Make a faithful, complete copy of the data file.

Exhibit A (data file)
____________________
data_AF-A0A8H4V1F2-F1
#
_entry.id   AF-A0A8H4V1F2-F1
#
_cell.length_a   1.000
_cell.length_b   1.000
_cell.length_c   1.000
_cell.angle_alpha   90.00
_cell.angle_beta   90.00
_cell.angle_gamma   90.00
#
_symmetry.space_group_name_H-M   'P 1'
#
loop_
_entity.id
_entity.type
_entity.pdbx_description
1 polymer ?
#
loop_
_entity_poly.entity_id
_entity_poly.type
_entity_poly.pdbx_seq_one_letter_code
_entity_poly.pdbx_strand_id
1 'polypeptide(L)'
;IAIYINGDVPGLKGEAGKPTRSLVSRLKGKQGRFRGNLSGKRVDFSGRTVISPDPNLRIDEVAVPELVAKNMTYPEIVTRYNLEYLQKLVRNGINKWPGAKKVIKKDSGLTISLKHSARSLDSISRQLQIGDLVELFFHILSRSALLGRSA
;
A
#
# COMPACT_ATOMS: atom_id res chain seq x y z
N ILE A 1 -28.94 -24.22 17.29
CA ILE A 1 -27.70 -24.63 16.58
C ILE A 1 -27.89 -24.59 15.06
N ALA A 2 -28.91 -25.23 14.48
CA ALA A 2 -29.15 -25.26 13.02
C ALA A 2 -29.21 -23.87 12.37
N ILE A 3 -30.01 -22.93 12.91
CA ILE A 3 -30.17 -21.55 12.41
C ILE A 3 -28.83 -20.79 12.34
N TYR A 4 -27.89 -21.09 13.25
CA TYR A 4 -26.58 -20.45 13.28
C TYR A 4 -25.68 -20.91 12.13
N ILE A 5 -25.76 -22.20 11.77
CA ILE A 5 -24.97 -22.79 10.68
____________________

data_AF-A0A8H4V1F2-F1
#
_entry.id   AF-A0A8H4V1F2-F1
#
_cell.length_a   1.000
_cell.length_b   1.000
_cell.length_c   1.000
_cell.angle_alpha   90.00
_cell.angle_beta   90.00
_cell.angle_gamma   90.00
#
_symmetry.space_group_name_H-M   'P 1'
#
loop_
_entity.id
_entity.type
_entity.pdbx_description
1 polymer ?
#
loop_
_entity_poly.entity_id
_entity_poly.type
_entity_poly.pdbx_seq_one_letter_code
_entity_poly.pdbx_strand_id
1 'polypeptide(L)'
;IAIYINGDVPGLKGEAGKPTRSLVSRLKGKQGRFRGNLSGKRVDFSGRTVISPDPNLRIDEVAVPELVAKNMTYPEIVTRYNLEYLQKLVRNGINKWPGAKKVIKKDSGLTISLKHSARSLDSISRQLQIGDLVELFFHILSRSALLGRSA
;
A
#
# COMPACT_ATOMS: atom_id res chain seq x y z
N ILE A 1 -28.94 -24.22 17.29
CA ILE A 1 -27.70 -24.63 16.58
C ILE A 1 -27.89 -24.59 15.06
N ALA A 2 -28.91 -25.23 14.48
CA ALA A 2 -29.15 -25.26 13.02
C ALA A 2 -29.21 -23.87 12.37
N ILE A 3 -30.01 -22.93 12.91
CA ILE A 3 -30.17 -21.55 12.41
C ILE A 3 -28.83 -20.79 12.34
N TYR A 4 -27.89 -21.09 13.25
CA TYR A 4 -26.58 -20.45 13.28
C TYR A 4 -25.68 -20.91 12.13
N ILE A 5 -25.76 -22.20 11.77
CA ILE A 5 -24.97 -22.79 10.68